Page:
Racism has reared its ugly head in public discourse about the coronavirus, says
Rotorua Lakes councillor Fisher Wang.
A Rotorua councillor says he has been subjected to racism in the wake of the coronavirus outbreak.
Fisher Wang says he has been approached in the supermarket twice and received three racist messages through Facebook.
"There have been a few people mention that we should send all the Chinese back to where they came from."
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His comments come as the Lakes District Health Board has confirmed a fourth person has been tested in Rotorua for the deadly disease.
Three people from a tour group were tested on Sunday and a fourth followed on Monday. None were found to have symptoms of infection and their tests were taken for processing before the patients were discharged.
Wang, who also dealt with racist comments during last year's election campaign, said he was approached in the supermarket by a member of the public who asked what was being done to keep the city safe from the coronavirus.
"I've had a person come up to me and say, 'why aren't we doing more? Why aren't we sending them back so it decreases the risk?'"
The person did not specify who "them" was, Wang said, but he assumed it was about Chinese tourists.
Wang's family immigrated from Taiwan more than two decades ago and he was born in Rotorua.
The 19-year-old councillor was subject to racial slurs during his campaigning last year. Someone in a car drove past and yelled: "We're not voting for ******* Chinamen".
He had also seen countless racist comments about the coronavirus on social media; comments on news stories and people sharing their views on their personal pages.
Wang said Rotorua was a multicultural melting pot but some people were still being judged based on what they looked like.
He said there was a heightened fear around the virus which had proven an extra motive for racism.
"Everyone's bound to be a bit frightened but that's no excuse to be racist.
"It's times like these that the community should come together, work on prevention and fight the virus, not the people."
Despite being born in Rotorua, he has had a lifetime of racist comments and people "tell me to go back to where I came from".
He had not had any comments directed to him specifically about the outbreak but rather they were said to him and directed at others.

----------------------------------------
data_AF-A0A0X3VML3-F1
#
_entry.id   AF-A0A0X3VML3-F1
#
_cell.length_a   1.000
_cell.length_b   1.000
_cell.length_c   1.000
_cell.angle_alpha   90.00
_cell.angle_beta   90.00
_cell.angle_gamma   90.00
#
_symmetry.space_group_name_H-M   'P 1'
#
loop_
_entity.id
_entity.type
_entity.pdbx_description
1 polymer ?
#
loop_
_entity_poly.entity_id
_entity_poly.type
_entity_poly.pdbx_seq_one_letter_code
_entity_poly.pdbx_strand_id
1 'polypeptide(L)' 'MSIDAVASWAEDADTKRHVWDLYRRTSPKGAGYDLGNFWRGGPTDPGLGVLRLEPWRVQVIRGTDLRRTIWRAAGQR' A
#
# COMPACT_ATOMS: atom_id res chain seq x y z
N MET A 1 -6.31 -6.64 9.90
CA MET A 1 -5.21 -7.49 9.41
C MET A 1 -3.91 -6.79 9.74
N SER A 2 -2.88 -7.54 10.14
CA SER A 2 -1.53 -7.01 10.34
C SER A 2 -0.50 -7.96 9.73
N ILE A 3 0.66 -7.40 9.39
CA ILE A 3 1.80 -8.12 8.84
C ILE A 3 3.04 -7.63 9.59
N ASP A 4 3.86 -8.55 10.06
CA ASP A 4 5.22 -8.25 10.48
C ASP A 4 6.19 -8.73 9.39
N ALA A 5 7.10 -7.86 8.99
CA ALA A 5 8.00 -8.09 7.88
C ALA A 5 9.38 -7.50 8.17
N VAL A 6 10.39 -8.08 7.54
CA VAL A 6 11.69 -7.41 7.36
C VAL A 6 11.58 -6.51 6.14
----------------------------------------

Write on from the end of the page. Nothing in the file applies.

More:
"Which is just as bad," he said.
"Some of them think it's a kind of joke, but it's not a joke. It is really offensive."
A Rotorua resident of Chinese descent, who didn't want to be named, said although he had not had any hostility since the outbreak, it was something he could see happening more often.
"You shouldn't be racist in any situation," he said.
He said the outbreak was "like a trigger" to racism as people responded out of fear.
Rotorua Multicultural Committee president Margriet Theron said she had seen racist comments on a social media post in response to the virus and said it was "terrible".
"It became terribly racist, about closing the borders, sending people back," she said.
"It's just unacceptable ... someone who looks Chinese may well be a third-generation New Zealander."
"People are over-reacting," she said.
The four people taken to Rotorua Hospital for testing of the virus had no symptoms and were discharged after tests were sent away.
Symptoms of the coronavirus include fever, cough and trouble breathing. They can appear anywhere from two to 14 days after exposure.
Local public health services had been working closely with the Ministry of Health to ensure appropriate protocols were followed and any risk to the public was managed appropriately, the statement said.
Lakes District Health Board chief executive Nick Saville-Wood said health board staff were aware of the need to be vigilant for signs and symptoms of people who might present to the emergency departments with flu-like symptoms.
He said health board staff were working closely with Toi Te Ora Public Health to keep health professionals across the Lakes district informed of the risk.
A health board spokesperson said that, given public concern about coronavirus, "patients are likely to attend the emergency department if they feel the need to be checked to make sure they do not have the illness."
"Lakes DHB confirms it is seeing patients who have presented in the Emergency Department. They have been seen by clinicians, discussed with the Medical Officer of Health, cleared and discharged.
"There are currently no confirmed cases of novel coronavirus (2019-nCoV) in New Zealand."